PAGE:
December 15, 2009

Inside the Design Thinking Process

By Kelley Luckstein

The Aspen Design Summit brought together 60 top executives to apply design thinking to large social problems…


The 64 invited attendees…rolled up their sleeves and got to work. Divided into five groups, each team was tasked with coming up with a solution to a specific problem. To try to prevent participants from being creative but impractical, the organizers told us our solutions needed to include a clear plan of action, with a goal of implementation within 24 months…


I was on the Mayo Clinic team, with two representatives from the Clinic's Center for Innovation to explain the somewhat daunting brief: to design a new health-care system for Austin, Minn., a town of some 24,000 residents whose main claim to fame is being the home of Hormel Foods, the maker of Spam. Previous Mayo Clinic research had shown that the city's health-care system was inadequate and fragmented, a situation common in rural communities around the U.S…


Later, Maggie Breslin, senior designer and researcher at the Center for Innovation at Mayo Clinic, reassured me that the process was more important than the product. "I don't necessarily think what will move forward is the specific idea laid out for Austin in Aspen," she said on the phone a few weeks after the group members had gone their separate ways. "But whether it ends up as a Web site with video is less important to me than the idea that people need a way to engage in multiple places within their community. You have to get to the detail to understand the larger principle—and then throw out the detail and keep that larger principle." Now working on synthesizing the clinic's own on-the-ground research from Austin with the Aspen insights, Breslin says that Mayo's focus will be to build a networked community of services for the area.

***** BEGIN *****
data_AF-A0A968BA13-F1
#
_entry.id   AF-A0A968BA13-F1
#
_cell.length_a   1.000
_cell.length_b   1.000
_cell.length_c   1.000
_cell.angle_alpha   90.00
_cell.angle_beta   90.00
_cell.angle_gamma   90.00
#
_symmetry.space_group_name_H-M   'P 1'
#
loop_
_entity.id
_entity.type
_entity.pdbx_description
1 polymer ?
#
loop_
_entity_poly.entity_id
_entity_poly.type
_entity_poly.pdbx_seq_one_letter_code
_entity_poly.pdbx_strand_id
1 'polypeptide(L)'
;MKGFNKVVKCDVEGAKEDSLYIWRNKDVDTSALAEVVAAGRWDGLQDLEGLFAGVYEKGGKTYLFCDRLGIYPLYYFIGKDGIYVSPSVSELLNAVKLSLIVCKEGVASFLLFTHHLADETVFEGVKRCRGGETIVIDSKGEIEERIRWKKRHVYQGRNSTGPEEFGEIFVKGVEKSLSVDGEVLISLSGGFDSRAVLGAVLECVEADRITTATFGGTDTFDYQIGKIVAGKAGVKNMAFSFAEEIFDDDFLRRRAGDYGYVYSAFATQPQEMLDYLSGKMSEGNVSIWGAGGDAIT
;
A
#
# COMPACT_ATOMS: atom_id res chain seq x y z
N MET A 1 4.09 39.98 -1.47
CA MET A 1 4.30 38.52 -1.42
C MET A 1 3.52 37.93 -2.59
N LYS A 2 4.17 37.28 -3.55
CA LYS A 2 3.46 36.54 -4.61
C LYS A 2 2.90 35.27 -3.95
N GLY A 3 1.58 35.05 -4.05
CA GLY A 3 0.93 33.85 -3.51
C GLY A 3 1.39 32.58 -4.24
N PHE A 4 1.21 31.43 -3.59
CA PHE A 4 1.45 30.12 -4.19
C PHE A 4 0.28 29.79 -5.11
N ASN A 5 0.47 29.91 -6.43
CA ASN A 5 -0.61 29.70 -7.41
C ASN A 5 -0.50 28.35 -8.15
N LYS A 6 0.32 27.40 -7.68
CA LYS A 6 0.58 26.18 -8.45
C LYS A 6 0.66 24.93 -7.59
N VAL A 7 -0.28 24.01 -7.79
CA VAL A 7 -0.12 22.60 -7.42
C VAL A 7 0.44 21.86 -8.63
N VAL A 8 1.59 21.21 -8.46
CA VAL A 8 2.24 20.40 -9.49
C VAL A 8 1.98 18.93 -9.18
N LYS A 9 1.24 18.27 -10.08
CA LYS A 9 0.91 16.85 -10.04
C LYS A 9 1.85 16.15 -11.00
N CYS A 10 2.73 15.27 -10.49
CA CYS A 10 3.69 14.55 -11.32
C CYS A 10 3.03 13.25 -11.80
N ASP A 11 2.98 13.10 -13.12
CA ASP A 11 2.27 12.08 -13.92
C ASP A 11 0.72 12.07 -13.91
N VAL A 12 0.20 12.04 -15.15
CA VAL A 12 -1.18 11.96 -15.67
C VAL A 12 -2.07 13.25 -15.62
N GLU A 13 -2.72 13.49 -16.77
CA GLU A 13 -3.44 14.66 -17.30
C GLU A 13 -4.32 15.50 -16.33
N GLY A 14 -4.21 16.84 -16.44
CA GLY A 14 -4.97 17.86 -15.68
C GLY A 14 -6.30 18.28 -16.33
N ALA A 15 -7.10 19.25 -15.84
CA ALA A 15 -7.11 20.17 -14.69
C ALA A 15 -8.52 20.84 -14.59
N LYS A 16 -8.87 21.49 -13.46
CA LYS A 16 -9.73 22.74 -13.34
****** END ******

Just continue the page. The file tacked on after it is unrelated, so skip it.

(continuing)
BusinessWeek by Helen Walters, 12/14/09

Tags: Center for Innovation, Innovation (Center of)

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